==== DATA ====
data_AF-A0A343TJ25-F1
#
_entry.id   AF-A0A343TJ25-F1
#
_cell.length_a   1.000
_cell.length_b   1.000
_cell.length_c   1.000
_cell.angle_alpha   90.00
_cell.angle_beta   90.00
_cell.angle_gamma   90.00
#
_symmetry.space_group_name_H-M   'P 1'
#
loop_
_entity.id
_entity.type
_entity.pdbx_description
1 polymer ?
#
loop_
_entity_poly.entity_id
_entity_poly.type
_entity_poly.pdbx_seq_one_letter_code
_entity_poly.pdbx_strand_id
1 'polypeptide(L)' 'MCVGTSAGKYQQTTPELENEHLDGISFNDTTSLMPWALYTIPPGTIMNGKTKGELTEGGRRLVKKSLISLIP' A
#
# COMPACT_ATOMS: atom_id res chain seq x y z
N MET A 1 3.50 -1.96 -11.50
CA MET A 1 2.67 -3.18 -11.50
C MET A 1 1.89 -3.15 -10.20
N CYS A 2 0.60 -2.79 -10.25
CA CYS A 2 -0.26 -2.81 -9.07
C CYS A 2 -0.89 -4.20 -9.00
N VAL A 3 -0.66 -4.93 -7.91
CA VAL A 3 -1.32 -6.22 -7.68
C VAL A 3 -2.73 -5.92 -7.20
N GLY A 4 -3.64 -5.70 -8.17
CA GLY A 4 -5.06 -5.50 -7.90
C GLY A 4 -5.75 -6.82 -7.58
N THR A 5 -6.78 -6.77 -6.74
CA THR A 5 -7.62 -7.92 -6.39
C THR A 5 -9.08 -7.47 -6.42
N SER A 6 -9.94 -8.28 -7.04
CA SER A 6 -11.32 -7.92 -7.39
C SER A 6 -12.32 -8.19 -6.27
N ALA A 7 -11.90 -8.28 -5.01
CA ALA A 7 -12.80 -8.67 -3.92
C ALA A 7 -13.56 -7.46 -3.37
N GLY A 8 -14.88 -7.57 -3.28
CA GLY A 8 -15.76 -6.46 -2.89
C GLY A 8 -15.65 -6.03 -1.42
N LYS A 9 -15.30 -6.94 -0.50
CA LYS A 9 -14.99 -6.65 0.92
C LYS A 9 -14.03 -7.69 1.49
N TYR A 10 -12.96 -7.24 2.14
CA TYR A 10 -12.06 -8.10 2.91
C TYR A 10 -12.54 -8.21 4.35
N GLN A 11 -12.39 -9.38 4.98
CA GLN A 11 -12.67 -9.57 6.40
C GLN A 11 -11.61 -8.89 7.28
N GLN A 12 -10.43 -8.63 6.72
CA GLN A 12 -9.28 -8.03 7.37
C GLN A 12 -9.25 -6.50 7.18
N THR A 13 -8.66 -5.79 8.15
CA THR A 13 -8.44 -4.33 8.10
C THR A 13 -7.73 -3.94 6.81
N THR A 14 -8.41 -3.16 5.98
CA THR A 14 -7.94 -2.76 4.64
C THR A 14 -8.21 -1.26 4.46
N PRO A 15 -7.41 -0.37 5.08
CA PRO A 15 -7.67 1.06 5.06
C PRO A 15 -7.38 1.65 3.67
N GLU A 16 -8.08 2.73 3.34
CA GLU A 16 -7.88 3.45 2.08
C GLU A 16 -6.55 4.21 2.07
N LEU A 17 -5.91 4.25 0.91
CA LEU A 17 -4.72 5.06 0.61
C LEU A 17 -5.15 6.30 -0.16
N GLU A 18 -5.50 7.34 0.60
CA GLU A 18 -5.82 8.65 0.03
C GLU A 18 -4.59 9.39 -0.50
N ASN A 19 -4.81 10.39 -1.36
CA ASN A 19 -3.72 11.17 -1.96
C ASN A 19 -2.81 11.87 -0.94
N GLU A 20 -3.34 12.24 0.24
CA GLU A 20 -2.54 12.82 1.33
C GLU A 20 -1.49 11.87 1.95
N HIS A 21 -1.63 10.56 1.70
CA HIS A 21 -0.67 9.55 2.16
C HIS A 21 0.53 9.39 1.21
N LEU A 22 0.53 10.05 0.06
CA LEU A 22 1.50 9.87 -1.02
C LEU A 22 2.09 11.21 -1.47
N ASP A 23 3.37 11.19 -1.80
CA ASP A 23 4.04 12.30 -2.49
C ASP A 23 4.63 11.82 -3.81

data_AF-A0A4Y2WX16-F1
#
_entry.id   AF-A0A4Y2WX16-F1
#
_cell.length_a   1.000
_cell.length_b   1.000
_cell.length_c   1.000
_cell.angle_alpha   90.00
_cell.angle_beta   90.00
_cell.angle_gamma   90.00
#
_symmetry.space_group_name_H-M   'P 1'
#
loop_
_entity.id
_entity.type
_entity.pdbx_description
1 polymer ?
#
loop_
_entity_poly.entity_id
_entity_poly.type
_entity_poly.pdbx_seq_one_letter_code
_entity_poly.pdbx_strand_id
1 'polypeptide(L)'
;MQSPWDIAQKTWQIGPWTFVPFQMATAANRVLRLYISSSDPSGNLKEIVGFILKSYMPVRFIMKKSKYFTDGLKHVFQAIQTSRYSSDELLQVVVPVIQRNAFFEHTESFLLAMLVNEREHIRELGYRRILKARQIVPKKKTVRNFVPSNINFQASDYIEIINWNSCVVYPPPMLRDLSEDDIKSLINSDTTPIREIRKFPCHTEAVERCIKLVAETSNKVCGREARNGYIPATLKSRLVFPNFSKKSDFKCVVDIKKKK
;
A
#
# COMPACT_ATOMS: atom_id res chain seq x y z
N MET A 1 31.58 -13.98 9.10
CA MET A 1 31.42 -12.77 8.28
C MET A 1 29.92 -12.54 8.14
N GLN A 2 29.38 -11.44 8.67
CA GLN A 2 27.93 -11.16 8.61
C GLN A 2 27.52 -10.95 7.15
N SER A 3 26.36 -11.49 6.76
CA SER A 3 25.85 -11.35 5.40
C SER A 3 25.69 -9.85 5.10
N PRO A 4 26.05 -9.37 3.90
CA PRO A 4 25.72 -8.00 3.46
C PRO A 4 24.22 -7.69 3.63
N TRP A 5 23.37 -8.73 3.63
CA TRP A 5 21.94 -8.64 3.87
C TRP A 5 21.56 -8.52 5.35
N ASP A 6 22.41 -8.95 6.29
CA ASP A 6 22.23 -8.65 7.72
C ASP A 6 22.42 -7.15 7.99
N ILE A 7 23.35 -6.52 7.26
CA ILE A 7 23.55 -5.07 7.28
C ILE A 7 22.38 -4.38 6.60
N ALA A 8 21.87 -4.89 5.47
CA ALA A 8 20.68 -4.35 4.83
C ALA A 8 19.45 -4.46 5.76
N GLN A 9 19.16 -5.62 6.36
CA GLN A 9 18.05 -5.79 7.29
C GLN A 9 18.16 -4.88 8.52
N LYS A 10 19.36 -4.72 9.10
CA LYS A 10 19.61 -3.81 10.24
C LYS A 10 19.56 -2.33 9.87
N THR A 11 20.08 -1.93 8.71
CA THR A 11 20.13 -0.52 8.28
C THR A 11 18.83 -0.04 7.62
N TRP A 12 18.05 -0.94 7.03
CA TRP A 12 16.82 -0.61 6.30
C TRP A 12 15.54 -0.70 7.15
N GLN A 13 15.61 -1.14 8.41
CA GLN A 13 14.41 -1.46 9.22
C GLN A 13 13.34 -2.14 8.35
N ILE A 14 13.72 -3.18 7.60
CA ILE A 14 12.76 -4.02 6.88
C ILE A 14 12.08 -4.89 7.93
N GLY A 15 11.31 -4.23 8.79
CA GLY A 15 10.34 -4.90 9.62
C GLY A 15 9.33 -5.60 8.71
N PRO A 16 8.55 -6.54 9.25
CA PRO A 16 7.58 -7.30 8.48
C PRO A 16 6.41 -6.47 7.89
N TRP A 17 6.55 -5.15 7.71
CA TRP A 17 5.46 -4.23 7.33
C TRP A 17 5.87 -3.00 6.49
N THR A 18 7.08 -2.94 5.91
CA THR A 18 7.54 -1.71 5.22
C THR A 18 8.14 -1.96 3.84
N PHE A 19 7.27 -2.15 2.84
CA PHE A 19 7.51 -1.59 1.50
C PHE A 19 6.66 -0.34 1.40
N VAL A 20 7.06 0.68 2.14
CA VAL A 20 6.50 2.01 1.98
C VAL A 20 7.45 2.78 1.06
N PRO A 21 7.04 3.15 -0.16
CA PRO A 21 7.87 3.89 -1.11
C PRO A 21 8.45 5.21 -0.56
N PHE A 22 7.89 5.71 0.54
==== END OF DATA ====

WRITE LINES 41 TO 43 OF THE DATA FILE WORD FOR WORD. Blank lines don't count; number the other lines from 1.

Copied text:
CA THR A 5 -7.62 -7.92 -6.39
C THR A 5 -9.08 -7.47 -6.42
N SER A 6 -9.94 -8.28 -7.04